Let Your Brain Turn to Broccoli
“Do not bother to adjust your (TV) set. We control the vertical. We control the horizontal.”
-cheesy , deep-voiced narrator on “The Outer Limits.”
Ever see that old show, “The Outer Limits”? Basically, it’s a poor man’s “Twilight Zone ” (now there was a show!). The intro for The Outer Limits begins with a narrator who says this mumbo jumbo about controlling your TV set, while a bunch of wavy lines appear on your screen. Mr. Cheesy goes on to say that any attempt to adjust the picture on your screen is fruitless, and then what follows is a bad, poorly-acted, black-and-white “suspense” show. Basically, the narrator is announcing the upcoming hour’s mindless programming (at least he’s up front about it). While there are those who consider television a form of mind control�blessedly so, for some of us�usually it is voluntary.
I recalled this whole opening bit and the idea of mind control when I read a recent Woman’s Day article. “Too Much TV” described a new trend in our country: television screens appearing in public places (airports, supermarkets, banks, department stores). The article made several valid points regarding the negative aspects of this trend, including increased noise, unnecessary stimulation and distraction, and reduced human interaction as a result of TV sets popping up on the face of our nation like a bad case of chicken pox.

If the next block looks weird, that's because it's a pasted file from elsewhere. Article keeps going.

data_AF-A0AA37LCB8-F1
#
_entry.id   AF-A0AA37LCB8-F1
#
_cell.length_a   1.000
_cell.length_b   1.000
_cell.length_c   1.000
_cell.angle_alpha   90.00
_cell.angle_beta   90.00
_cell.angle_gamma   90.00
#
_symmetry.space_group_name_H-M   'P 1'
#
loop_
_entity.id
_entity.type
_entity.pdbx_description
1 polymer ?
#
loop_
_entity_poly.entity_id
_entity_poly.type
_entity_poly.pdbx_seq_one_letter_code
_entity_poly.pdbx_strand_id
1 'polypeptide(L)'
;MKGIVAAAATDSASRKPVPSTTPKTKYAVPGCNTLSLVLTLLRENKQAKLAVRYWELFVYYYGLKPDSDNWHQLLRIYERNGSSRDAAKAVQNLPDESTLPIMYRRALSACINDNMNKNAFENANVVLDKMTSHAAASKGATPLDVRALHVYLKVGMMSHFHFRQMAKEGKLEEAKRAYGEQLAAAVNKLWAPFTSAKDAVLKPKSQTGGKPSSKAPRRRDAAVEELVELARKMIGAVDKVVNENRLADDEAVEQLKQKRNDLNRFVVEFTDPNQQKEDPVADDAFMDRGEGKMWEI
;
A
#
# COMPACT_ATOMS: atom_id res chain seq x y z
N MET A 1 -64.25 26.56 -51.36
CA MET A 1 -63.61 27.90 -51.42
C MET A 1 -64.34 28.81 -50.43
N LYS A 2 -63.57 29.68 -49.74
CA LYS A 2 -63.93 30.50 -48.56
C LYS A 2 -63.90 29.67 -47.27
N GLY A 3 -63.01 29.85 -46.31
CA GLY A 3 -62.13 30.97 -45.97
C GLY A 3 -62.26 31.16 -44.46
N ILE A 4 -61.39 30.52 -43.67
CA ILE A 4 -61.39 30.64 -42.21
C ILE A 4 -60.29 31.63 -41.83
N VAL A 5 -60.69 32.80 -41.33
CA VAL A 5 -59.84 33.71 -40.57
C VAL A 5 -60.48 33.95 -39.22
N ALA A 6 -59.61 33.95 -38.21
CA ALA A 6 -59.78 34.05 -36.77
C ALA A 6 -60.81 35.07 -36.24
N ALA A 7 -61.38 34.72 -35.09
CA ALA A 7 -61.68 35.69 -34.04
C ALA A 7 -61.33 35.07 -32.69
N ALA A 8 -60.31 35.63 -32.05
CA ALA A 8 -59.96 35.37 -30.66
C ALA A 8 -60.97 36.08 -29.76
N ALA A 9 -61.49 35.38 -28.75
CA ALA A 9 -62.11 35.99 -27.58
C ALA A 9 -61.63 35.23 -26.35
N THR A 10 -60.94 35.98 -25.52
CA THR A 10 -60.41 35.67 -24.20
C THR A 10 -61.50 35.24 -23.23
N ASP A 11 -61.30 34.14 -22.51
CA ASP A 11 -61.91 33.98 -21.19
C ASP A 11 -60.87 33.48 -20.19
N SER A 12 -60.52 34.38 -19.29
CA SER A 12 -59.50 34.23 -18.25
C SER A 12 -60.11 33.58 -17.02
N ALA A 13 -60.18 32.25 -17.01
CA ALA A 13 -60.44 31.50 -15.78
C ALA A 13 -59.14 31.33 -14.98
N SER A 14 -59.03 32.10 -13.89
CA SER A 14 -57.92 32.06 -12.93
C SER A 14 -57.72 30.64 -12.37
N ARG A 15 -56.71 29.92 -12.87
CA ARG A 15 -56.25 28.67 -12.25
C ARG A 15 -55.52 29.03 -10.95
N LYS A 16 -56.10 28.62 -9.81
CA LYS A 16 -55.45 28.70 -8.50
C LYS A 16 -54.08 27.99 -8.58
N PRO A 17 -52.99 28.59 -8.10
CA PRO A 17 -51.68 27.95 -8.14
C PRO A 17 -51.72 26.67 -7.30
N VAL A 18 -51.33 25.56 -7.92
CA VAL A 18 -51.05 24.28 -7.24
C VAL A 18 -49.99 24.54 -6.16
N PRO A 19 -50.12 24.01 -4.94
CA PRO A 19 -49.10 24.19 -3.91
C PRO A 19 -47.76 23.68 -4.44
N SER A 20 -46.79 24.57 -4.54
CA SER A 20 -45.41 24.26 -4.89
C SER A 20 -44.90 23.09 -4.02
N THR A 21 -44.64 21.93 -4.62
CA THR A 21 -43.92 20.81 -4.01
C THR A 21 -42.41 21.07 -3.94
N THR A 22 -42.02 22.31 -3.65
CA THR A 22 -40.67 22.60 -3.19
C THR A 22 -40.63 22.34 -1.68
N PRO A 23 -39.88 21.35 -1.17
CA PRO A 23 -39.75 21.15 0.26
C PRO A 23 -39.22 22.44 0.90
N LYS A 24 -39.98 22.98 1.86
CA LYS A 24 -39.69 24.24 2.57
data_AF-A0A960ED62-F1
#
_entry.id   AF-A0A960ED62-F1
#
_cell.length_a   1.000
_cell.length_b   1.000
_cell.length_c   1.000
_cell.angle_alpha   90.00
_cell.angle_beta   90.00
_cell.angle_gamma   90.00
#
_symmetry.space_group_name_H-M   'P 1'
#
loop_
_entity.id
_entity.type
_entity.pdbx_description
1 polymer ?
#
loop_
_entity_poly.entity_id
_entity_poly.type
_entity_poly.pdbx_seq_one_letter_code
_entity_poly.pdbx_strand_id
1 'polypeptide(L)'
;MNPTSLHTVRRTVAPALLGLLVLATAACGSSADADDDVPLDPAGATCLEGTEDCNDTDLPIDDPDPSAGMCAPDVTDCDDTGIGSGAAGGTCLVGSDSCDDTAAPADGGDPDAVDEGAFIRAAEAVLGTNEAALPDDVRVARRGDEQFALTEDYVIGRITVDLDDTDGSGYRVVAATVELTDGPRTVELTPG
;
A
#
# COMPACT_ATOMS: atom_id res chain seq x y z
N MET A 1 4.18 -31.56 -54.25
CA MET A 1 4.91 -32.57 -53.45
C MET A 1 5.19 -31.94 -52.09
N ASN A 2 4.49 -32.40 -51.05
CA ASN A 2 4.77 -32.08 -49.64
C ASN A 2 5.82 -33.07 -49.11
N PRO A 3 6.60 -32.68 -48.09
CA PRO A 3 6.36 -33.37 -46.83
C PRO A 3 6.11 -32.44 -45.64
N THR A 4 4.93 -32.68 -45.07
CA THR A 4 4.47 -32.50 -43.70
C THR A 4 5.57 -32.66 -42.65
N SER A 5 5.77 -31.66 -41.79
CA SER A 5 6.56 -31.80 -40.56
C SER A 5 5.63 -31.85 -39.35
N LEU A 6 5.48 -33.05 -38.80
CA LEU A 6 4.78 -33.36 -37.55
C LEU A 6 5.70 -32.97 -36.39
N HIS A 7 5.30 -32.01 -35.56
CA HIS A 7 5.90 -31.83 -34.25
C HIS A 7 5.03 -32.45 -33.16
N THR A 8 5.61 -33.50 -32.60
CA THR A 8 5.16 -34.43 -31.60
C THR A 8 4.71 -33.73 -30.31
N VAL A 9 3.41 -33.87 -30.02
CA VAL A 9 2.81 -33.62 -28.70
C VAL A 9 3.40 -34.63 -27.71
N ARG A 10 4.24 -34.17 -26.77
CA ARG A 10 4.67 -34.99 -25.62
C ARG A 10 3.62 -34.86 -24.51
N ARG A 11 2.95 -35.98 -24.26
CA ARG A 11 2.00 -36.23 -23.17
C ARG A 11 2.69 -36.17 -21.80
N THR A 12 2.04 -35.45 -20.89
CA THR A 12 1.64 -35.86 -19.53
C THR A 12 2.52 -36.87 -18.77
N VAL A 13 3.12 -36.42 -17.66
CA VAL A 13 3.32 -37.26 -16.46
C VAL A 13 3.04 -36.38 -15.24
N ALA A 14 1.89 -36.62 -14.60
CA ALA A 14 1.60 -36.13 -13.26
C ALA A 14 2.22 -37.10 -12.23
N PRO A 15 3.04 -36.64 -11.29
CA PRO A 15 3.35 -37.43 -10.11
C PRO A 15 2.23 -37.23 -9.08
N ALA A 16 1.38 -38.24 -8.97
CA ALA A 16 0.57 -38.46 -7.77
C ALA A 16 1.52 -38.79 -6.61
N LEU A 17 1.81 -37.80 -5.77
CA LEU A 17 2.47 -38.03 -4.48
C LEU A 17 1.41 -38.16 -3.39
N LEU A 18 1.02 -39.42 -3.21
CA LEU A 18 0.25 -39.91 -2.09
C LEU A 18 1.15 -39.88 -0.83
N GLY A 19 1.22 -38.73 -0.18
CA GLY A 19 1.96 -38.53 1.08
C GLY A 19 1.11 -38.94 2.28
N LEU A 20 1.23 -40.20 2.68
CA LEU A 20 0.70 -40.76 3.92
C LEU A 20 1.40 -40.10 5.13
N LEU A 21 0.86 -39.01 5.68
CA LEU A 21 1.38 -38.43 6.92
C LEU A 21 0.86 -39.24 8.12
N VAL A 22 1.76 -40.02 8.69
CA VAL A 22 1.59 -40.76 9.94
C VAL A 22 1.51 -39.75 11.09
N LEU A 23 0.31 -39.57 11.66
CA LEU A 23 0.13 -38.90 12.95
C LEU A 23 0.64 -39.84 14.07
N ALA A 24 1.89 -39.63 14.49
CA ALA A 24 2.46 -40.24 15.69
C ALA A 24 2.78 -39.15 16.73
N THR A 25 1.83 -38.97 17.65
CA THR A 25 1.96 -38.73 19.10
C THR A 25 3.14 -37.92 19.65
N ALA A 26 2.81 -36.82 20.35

Now, let me just say that I LOVE TV. You’ll get my clicker when you pry it from my cold, dead, Cheeto-stained fingers. But I have to admit, I do agree with the writer of the article when it comes to the potential for too many TV’s to provide “a fresh distraction from our focus on other people or our own thoughts.” Hmmm�I nostalgically recall a time when I thought my own thoughts. I can fondly remember one, in particular. Maestro, a little harp music, if you please.
It was that rare occasion when I took the time to empty my mind of all the clutter. Rather than my brain turning to mush, my thoughts turned to broccoli. I spent quite some time marveling at how broccoli was designed. Think about it: Like a miniature tree, broccoli’s got these tiny leaf-like structures attached to stalks, which branch out for days. And the color; it’s a deep, beautiful, interesting shade of green, which turns into an even better shade when cooked. After pondering broccoli a while, I just sat and then contemplated the mind that created such a simple, delightful, and tasty thing. Now there’s a mind thinking its own thoughts.
To me, the most deep and profound thing about this scene was that I was actually engaged in choosing what I would think about, rather than having that chosen for me. It’s a novel concept. You can argue whether one’s thoughts are divinely inspired or internally generated, but one thing’s for sure: either of those options is preferable to having a TV or even MTV in charge of the programming which runs on the Jumbo-Tron in your head.
At the end of the Outer Limits, the narrator relinquishes back control of the viewer’s TV (and mind, apparently). Maybe we shouldn’t wait until that control is returned to us, but should do something to prevent it from being taken away in the first place. They can put TV’s everywhere, but let’s draw the line with our minds, shall we?